This weekend I spent my time accomplishing very little of what I planned. One thing I was working on for a while was for my next OpSys homework. The professor said we can use "any" language for our next project, so obviously it should be done in JavaScript with Seed. But the RPI CS machines running FreeBSD 6.3 obviously don't have Seed installed, so I would need to submit Seed along with the actual assignment, probably as a huge, statically linked binary. So I spent some time trying to get Seed built in a FreeBSD install in a virtual machine. Ports is really weird. I spent a long time trying to get all the dependencies for WebKit installed. Eventually I got an old WebKit from ports installed, but for some reason couldn't get one from git built, because somehow the dependencies that clearly had been installed for the ports WebKit were there. I don't understand ports. It seems to make no sense at all. I tried building gobject-introspection anyway, but the build scripts were looking for Glib headers in the wrong place, so then I forgot about that project for the rest of the weekend because autotools hates me.

I have a list of random projects I'm trying to start working on. One of them is GHamlet. A Clutter+Seed thing that plays Hamlet. The actors are Clutter actors naturally, so GHamlet will consist of colored rectangles moving around with text appearing around them for the dialogue. So far, I've found a text file copy of the Hamlet script. A major difficulty in creating GHamlet is the stage directions. I tried inventing a system of describing actions in a way that is hopefully easily parsed, but I think I failed. There are a small number of repeatable actions, such as move on and off stage, and death. Other than that, most of the actions are unique. After spending several hours going through Hamlet and translating the stage directions, not much has changed. I probably could have simplified the directions much more for the few that are easily repeated. Oh well. It will be slightly easier to regexp a new system now at least.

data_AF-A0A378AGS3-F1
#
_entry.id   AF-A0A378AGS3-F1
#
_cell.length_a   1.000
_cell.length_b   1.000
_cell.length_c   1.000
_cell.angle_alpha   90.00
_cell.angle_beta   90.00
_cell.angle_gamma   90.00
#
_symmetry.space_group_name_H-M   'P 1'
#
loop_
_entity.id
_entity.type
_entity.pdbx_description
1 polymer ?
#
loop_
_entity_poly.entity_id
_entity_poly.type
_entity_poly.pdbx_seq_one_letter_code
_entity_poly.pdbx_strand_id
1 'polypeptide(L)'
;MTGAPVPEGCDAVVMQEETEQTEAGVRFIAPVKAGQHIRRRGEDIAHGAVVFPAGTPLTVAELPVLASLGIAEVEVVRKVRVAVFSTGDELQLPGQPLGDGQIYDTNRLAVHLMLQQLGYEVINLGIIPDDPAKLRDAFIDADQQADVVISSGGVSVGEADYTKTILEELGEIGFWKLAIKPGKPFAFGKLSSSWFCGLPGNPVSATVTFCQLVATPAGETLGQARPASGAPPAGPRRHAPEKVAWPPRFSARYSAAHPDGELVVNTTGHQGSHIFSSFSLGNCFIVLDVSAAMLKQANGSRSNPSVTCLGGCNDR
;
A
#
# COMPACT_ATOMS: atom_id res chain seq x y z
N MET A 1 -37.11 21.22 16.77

Anyway it took a long time to go through editing the file. Then today on Reddit there was a video about effective vim usage that was over an hour long. I watched it, and now my life has been revolutionized. I now know so much more about vim. My life has been revolutionized. Now I can do all kinds of magic that would have made processing Hamlet much easier. Oh well.

While my blog may have a cornify feature, and that's fine but there's a problem: the rest of the internet is lacking unicorns. Well I plan to fix this. With the new Seed Epiphany extensions, it's on my todo list to write a cornify extension for Epiphany which will bring unicorns to everywhere you look!